National Lottery announced as sponsors of The Sun's Who Cares Wins awards

National Lottery announced as sponsors of The Sun's Who Cares Wins awards

August 11, 2021

THERE’S a Lotto support for our brilliant health awards to honour heroes of the pandemic.

We are proud to announce the National Lottery as the sponsor of The Sun’s Who Cares Wins Awards.

Our glittering ceremony next month will pay tribute to the many selfless people who have gone above and beyond the call of duty in the Covid crisis.

Hosted by TV favourite Davina McCall, we guarantee the amazing stories of our finalists in The Sun’s WCW Awards will move you to tears.

They are health workers who battled to save lives, volunteers who gave their time and unsung heroes who came to the rescue as coronavirus gripped the world.

Nigel Railton, Chief Executive of Lottery operator Camelot, said last night: “The National Lottery is incredibly proud to sponsor The Sun’s Who Cares Wins campaign to honour all those who work in the health sector across the UK.

"As a nation it is really important that we come together and thank our incredible health workers for all that they have done and all that they continue to do on our behalf.

“The past 18 months have been incredibly challenging for all of us, but surely no sector of people have had to step up to the plate more than our health workers.

'A big thank you'

“I am delighted that The National Lottery will shortly announce its very own Local Health Hero as part of The Sun’s campaign.

“Sometimes the term hero can be bandied about a bit too regularly. But for me, it has never been more apt than describing those people who are working on the front line every day.

“A big thank you from all of us to all of you.”

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Ahead of the Who Cares Wins Awards ceremony in September, some of our finalists will be guests at a star-studded concert on Sunday to welcome home another set of heroes — Team GB.

Most of Britain’s Olympic athletes were not able to attend the closing ceremony in Tokyo because of Covid restrictions.

So instead, Team GB will be reunited at a massive welcome home party at Wembley.

National Lottery distributors have handed out £1.2billion to help people across the UK during the pandemic.

An audience of 8,000 — including key workers and heroes of the pandemic — will be at the SSE Arena, along with families and friends who could not go to Japan, to cheer on the brilliant British Olympic team.

And a host of celebrities, among them Anne-Marie, Rag’n’Bone Man, Bastille and Yungblud, will perform at the epic homecoming concert.

Radio 1’s Greg James and Clara Amfo will host the celebration, where Nile Rodgers and his band Chic will play Good Times with Birmingham singer Laura Mvula.

Most of the stars will give their performances alongside charities and groups that are backed by funding from The National Lottery.

So Yungblud will sing David Bowie’s Heroes on stage with dance-circus group Motionhouse.

Pop star — and three times kickboxing champion — Anne-Marie will perform with dancers from the English National Ballet, while Laura will be on stage with the Rambert dance company.

National Lottery distributors have handed out £1.2billion to help people across the UK during the pandemic.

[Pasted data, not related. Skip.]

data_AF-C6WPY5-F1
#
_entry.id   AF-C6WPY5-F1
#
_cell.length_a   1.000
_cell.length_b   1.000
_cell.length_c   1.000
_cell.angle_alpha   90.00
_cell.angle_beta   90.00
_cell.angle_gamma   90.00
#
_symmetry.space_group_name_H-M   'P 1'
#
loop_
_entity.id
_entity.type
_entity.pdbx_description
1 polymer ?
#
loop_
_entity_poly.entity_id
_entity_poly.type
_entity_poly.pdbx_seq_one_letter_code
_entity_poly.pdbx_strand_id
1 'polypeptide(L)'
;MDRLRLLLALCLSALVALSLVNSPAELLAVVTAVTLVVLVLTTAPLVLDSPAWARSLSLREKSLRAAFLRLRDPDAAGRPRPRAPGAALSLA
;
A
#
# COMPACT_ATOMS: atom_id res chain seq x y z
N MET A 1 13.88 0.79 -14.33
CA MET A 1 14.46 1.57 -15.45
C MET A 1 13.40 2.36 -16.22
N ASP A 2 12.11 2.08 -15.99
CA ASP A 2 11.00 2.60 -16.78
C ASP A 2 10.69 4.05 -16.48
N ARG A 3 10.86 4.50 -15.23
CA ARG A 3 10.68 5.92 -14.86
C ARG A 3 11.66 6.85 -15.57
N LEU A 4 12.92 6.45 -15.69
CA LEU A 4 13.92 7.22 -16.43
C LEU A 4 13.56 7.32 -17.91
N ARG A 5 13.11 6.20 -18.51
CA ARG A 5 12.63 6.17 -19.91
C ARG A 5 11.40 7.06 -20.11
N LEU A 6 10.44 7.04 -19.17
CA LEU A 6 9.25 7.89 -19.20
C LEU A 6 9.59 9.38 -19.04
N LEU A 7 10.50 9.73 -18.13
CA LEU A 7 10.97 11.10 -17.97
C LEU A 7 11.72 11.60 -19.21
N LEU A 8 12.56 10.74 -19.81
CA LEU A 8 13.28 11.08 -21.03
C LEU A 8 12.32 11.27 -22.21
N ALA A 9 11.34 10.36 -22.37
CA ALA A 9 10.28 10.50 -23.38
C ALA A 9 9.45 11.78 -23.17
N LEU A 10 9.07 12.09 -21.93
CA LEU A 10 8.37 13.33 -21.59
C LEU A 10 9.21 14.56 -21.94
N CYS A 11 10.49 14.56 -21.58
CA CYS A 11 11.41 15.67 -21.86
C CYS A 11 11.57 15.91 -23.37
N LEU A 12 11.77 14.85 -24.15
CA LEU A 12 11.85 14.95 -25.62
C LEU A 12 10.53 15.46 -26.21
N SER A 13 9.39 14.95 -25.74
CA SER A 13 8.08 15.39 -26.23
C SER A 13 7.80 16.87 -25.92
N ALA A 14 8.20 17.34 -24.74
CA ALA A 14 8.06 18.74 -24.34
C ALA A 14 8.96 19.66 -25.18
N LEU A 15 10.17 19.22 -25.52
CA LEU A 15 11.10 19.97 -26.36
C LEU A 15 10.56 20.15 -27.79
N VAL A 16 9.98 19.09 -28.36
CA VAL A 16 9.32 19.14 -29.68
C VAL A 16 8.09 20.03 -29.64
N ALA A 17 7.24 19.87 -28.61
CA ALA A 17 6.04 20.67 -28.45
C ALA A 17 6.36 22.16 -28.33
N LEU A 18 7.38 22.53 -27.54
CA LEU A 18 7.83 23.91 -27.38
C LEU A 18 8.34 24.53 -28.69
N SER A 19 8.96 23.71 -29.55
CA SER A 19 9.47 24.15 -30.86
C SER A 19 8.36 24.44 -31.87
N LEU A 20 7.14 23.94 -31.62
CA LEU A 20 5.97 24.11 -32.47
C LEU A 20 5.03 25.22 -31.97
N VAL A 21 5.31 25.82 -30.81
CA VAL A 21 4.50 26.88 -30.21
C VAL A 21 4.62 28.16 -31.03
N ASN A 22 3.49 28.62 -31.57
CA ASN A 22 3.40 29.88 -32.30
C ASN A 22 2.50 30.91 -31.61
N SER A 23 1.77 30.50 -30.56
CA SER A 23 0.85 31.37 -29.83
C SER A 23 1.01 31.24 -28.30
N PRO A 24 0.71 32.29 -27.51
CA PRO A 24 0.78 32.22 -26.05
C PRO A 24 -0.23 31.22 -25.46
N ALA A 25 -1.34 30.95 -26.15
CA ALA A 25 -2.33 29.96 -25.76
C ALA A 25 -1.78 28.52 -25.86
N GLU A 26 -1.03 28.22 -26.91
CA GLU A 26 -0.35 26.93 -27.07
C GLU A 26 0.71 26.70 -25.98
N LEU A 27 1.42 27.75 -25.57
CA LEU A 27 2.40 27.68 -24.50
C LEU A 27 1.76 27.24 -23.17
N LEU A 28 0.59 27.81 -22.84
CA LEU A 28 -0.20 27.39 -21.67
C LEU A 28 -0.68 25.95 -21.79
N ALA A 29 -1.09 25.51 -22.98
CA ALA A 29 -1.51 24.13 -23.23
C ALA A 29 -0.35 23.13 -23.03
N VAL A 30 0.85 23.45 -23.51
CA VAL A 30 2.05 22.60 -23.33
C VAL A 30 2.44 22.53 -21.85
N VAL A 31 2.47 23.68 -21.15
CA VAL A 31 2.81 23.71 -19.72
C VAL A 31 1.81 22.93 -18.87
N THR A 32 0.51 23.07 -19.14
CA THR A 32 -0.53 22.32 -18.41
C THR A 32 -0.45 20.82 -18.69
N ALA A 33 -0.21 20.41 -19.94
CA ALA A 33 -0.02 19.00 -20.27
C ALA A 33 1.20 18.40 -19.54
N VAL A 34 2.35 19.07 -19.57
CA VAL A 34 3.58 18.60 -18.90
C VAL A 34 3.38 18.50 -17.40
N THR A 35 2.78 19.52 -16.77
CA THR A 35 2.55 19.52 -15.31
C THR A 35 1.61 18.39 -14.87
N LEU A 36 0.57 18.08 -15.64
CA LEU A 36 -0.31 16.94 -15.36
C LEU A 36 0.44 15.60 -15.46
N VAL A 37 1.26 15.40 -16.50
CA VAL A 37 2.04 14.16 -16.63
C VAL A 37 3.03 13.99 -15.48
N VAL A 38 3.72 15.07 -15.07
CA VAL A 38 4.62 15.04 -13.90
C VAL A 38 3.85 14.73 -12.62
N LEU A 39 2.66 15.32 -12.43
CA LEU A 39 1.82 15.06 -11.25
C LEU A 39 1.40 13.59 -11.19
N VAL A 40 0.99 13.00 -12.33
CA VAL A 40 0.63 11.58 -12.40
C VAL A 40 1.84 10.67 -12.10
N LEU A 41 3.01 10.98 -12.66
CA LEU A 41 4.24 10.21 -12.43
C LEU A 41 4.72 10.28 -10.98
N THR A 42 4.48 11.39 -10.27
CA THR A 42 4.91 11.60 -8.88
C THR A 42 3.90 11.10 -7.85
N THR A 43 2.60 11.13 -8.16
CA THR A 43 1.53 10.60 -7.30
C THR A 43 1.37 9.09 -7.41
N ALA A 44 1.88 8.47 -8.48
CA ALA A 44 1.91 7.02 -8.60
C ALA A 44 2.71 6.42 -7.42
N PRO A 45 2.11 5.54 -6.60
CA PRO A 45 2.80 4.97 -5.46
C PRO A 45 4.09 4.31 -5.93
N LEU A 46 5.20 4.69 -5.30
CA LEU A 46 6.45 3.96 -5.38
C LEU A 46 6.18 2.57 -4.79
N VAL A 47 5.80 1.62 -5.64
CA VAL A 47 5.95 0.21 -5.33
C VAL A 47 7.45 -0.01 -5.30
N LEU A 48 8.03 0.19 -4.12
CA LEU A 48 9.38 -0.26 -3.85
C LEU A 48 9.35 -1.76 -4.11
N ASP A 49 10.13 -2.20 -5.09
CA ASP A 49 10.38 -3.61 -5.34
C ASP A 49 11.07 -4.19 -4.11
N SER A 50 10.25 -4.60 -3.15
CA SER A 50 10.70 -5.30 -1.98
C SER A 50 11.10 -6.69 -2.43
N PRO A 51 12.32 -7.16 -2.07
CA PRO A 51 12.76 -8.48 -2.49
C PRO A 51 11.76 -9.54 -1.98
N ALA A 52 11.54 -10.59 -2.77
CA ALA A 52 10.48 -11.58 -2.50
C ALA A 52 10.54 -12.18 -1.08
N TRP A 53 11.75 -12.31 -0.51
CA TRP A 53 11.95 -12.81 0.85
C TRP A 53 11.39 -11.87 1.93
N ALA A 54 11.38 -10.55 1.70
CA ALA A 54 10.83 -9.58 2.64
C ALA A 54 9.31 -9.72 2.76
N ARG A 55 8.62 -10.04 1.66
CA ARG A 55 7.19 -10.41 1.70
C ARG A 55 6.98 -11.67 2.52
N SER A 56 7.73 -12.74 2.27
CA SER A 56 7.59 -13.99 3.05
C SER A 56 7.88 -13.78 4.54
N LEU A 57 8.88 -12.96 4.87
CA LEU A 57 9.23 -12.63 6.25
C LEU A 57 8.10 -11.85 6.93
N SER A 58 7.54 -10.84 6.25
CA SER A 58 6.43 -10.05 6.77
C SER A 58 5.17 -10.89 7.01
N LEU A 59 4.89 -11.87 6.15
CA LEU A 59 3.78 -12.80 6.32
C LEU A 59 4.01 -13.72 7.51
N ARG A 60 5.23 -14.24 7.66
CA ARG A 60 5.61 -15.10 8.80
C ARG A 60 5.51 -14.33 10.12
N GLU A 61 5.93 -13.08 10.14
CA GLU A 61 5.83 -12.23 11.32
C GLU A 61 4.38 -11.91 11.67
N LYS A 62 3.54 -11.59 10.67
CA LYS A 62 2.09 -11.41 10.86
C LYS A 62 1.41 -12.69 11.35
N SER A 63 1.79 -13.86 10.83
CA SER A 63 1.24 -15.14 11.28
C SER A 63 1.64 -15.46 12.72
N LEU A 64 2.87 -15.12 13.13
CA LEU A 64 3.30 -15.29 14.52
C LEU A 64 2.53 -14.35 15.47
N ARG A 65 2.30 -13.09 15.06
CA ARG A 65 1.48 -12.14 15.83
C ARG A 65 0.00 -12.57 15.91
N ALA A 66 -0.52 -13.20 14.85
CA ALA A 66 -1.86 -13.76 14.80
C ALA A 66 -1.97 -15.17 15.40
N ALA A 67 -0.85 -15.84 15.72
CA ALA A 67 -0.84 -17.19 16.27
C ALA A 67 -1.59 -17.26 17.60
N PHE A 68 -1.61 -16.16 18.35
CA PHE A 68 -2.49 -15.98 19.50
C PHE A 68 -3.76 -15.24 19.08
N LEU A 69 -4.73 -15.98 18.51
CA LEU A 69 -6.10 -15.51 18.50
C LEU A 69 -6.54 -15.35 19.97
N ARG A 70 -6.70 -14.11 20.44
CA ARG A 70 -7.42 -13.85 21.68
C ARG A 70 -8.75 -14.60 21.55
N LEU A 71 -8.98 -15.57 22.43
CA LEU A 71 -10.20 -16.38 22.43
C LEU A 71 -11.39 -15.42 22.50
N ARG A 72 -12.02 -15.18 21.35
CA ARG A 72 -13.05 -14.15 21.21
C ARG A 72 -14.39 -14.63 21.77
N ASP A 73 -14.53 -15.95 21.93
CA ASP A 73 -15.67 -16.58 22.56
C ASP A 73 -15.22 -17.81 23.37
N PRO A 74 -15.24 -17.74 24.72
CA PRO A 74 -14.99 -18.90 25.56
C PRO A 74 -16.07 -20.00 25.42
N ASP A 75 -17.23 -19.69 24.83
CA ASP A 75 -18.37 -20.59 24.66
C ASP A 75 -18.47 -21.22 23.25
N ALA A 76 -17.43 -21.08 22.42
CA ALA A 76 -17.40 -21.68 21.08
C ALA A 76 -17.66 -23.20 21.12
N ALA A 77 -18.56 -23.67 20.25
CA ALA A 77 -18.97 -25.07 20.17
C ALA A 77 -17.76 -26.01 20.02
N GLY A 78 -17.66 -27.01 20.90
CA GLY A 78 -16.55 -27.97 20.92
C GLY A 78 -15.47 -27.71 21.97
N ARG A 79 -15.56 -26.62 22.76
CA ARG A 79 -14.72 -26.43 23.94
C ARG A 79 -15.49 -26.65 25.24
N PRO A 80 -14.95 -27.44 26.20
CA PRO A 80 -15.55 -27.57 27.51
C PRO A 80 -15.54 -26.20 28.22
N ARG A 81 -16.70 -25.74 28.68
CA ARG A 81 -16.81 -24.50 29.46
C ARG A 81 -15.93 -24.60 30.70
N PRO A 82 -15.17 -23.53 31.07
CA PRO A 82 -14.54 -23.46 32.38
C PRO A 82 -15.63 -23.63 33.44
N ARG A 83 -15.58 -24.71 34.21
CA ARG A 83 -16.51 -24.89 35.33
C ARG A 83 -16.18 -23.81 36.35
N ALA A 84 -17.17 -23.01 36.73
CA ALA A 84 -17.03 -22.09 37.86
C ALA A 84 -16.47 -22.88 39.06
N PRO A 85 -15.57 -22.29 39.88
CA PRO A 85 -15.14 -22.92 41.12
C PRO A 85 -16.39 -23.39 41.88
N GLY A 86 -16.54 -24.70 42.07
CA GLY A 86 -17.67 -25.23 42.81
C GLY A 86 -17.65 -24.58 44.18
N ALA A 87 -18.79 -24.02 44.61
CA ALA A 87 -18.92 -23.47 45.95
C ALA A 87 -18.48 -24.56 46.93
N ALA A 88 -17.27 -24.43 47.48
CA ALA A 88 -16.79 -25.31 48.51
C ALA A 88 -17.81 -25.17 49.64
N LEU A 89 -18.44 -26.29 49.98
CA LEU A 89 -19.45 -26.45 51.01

And National Lottery funding has also helped Great Britain win 911 Olympic and Paralympic medals since 1997 — including 65 in Tokyo.

I was training for the Olympics, but when Covid hit I knew I wanted to volunteer to work in a hospital

By Polly Swann, NHS Junior Doctor and Team GB rower

I HAVE two passions in life – rowing and medicine. But there are some things more important than sport.

So when Covid struck, it was a no-brainer. I knew that I wanted to volunteer.

I knew it might affect my rowing training and that I might not be totally fit going into an Olympic year, but I couldn’t sit by knowing I had skills I could offer.

After completing my medical training at university in the summer of 2019, the plan had been to delay becoming a doctor until after the Olympics.

But when the first lockdown came in we disbanded our training centre and were all told to go home. So I came back to Scotland and stayed with my family.

On the news there were calls from the NHS for retired doctors and new doctors to volunteer their services. They were also pushing medical students through their finals to qualify so they could work in hospitals because all the junior doctors would be seconded on to the Covid wards, into ICU and Accident & Emergency.

I applied for a job at a hospital in Scotland and worked in the surgical department during the pandemic.

I was definitely not on the front line, but I did see all the other NHS workers – people from ICU, people from A&E and on Covid wards – and the drain on them was huge.

I could see the toll it was taking on the faces of healthcare workers.

You saw people who were working really long shifts in the Covid bubbles having to have really difficult conversations with families.

I could see the toll it was taking on the faces of healthcare workers.

It is really important that the nation says thank you to our healthcare heroes because they really were heroes and very selfless in the way they worked.

They would say, “It’s just my job”, but I saw so many instances of people going over and above what was required of them. They really stepped up because we were in a global pandemic and as a nation we were really struggling.

The Thursday night doorstep clap was special but the Who Cares Wins Awards is another level of being able to recognise people who really did take the extra step.

What I also took from working in the hospital during the pandemic was how special it is being in the NHS, how lucky we are to have such an incredible service and how proud I am to be part of that.

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